hj Moderator & Master Plumber Staff Member

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    glass

    I do not think tempered glass was a requirement until well past the '70's. But using the doors when it was obvious that they were in serious need of repair, or replacement, was not a wise decision.
  5. jadnashua

    jadnashua Retired Defense Industry Engineer xxx

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    I put in a Kohler glass sliding door and was dissappointed in the QC, plus, it took forever and many broken promises before it was delivered. I think they've slid a long ways in overall quality since their heyday. But, I'm very surprised that the glass was not tempered. Tempered glass can also cut you when it shatters, but it breaks into small pieces rather than shards. It may be that it was poorly tempered, in which case, Kohler would be entirely liable in my unprofessional opinion.

    You indicated that the house was gutted and remodeled, so how old were these doors? Not very old?

    If the top and bottom rails are not parallel, as you slide the door, it can rub on the bottom and force the door up off of the tracks. This should not happen, as normally, you don't cut the vertical sides, they should be identical in height. The end pieces may not be parallel, but that will only cause the square glass panels to not align and possibly leave a gap when closed.

    I know that on mine, there were several holes for the location of the bearing rollers. Even on the lowest hole (which would raise the door the maximum amount), it was lower than I felt it should be. The holes in the glass were chipped, not clean, and I worried that that would be a source of breakage, but it has been okay. Tempered glass is funny stuff...it is quite strong, but any chip or scratch that occurs after tempering makes it subject to catastrophic shattering.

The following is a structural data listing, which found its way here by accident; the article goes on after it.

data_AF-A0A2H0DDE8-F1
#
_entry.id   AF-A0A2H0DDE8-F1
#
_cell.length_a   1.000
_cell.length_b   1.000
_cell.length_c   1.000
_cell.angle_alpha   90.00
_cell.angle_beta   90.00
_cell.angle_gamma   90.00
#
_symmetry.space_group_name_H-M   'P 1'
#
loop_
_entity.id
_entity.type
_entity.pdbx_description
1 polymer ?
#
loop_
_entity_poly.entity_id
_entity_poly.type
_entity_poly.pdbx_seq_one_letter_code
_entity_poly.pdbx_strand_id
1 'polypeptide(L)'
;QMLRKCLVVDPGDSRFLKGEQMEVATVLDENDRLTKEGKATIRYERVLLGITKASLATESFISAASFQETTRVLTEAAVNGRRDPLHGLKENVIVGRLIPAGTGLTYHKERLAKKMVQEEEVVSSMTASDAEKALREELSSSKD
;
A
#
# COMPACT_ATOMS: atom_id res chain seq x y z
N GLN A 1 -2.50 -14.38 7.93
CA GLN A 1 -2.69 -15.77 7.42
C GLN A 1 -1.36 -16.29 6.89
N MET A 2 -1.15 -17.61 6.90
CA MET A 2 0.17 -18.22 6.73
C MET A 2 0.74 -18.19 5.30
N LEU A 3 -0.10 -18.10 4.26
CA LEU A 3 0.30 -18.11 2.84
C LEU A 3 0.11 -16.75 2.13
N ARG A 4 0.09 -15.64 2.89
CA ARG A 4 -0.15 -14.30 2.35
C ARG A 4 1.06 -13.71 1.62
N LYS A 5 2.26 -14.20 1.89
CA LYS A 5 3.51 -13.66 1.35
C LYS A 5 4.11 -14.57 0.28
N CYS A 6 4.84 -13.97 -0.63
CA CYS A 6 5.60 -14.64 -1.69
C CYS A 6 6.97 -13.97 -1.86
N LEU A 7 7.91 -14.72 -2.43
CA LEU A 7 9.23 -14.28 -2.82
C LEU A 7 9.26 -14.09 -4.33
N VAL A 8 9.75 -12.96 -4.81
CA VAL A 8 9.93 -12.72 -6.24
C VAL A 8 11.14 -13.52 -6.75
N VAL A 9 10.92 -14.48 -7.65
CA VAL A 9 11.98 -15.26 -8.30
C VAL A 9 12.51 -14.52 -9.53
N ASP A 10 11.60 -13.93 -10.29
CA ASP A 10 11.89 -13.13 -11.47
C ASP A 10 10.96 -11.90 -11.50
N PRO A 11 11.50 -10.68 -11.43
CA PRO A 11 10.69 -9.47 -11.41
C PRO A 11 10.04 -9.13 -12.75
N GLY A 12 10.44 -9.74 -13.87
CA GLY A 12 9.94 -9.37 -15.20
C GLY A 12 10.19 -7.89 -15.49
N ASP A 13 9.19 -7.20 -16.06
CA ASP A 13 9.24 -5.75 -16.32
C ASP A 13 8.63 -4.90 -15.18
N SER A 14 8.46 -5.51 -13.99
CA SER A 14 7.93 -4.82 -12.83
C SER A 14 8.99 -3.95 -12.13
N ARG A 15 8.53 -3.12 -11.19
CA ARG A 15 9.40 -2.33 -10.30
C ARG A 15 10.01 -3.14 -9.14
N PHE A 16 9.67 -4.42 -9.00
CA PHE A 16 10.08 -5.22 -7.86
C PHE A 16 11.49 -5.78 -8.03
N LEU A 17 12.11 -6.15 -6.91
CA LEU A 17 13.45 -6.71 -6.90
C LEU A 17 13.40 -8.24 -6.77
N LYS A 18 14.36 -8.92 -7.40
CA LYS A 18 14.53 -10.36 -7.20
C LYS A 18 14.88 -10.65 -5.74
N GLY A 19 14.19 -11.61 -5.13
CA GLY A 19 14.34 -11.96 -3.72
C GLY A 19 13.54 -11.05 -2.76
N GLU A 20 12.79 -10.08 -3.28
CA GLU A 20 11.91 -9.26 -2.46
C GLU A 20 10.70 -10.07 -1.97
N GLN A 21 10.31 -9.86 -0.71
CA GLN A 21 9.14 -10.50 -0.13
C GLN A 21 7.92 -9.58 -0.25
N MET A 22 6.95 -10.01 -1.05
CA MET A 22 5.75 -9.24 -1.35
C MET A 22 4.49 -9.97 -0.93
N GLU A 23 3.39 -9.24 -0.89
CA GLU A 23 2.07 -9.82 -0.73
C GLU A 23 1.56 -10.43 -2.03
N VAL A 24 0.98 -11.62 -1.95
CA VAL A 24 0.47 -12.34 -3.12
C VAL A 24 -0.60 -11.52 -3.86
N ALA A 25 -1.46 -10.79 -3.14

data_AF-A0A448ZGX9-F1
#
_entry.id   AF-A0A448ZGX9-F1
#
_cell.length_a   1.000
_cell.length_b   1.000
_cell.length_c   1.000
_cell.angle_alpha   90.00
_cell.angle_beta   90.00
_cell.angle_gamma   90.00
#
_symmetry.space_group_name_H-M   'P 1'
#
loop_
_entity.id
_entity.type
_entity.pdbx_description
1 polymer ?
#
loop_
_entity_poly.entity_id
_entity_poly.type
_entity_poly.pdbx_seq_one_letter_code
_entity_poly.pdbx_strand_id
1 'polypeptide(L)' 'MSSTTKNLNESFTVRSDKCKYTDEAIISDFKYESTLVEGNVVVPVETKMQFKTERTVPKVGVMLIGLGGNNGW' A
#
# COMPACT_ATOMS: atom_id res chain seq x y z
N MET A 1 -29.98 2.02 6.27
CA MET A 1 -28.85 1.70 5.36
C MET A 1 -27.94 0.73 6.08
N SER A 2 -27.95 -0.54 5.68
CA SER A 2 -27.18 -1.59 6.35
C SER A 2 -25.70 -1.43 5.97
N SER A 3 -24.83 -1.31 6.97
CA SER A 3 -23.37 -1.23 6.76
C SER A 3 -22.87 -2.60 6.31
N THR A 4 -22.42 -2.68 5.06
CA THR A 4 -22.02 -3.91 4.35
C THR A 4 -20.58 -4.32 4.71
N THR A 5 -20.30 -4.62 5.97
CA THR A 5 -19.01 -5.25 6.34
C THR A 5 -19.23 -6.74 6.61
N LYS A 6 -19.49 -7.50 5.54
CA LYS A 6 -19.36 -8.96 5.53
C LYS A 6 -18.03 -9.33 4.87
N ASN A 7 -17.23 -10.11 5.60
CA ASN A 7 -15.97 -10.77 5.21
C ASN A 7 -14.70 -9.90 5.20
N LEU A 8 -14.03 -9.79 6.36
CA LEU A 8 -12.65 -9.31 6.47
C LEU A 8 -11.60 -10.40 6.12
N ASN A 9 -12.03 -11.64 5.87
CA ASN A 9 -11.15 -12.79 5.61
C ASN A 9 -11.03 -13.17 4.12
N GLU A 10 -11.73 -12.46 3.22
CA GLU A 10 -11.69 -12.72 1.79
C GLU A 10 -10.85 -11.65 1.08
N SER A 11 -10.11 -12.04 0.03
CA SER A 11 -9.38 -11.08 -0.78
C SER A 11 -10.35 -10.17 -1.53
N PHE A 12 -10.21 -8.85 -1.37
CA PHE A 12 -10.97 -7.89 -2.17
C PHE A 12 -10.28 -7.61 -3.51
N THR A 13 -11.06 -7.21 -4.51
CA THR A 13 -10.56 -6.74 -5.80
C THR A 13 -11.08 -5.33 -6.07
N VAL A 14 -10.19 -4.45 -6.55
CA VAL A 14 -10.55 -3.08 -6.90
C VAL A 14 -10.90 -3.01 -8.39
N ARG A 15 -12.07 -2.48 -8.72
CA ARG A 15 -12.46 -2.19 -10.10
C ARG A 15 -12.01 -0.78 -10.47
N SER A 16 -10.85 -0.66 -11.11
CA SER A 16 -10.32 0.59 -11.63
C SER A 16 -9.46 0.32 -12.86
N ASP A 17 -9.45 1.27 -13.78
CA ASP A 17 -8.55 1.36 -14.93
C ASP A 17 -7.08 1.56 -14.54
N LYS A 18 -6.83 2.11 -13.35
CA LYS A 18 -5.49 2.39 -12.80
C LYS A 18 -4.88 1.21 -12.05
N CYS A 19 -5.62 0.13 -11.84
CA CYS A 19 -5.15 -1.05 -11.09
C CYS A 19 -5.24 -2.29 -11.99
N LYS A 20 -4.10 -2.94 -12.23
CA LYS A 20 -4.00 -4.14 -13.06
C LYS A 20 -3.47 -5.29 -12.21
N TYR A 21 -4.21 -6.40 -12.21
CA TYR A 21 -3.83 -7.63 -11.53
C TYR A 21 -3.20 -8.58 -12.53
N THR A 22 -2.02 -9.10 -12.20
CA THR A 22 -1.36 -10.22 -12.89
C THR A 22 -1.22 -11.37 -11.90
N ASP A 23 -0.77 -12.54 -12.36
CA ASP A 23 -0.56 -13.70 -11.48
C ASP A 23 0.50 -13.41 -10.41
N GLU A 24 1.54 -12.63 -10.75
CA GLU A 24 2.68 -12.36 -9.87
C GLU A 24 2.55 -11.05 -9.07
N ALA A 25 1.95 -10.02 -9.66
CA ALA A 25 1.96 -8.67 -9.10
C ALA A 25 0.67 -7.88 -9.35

6. jimbo

    jimbo Plumber

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    I am quite surprised by the extent of injuries you describe. If I understand, the doors are only a few years old? They would have to be tempered glass, which if damaged "explodes" into a million little chunks about the size of a pea, but does not have sharp shards to cause such wounds.

    Tempered glass is "temperamental" and while very strong, can be damaged as mentioned by others if bumped on the edge, and the holes for roller screws and handles can be vulnerable.

    This is not a common problem at all. My doors are 18 years old...no problems. I would contact Sterling.
  7. hj

    hj Moderator & Master Plumber Staff Member

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    glass

    You cannot 'chip" tempered glass. Anything that disturbs the panel, causes an instant release/disruption of the stress forces holding it together and it shatters.
  8. Cookie

    Cookie .

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    I recently had a pyrex glass baking dish explode on me. It was pretty bad. Years ago, my son walked into a sliding glass door, or should I maybe, say thru it. His belt buckle hit the glass and it shattered and rained glass down on him. Thankfully he was not seriously hurt. Years prior to that, I had a car accident and the motorcyclist hit my windshield ( he was drunk) and the glass shattered into sharp pieces which cut into my face. I am not sure what kind of glass these things are, but, they all had one thing in common: they became sharp pieces.
    Last edited: Feb 29, 2008
  9. jadnashua

    jadnashua Retired Defense Industry Engineer xxx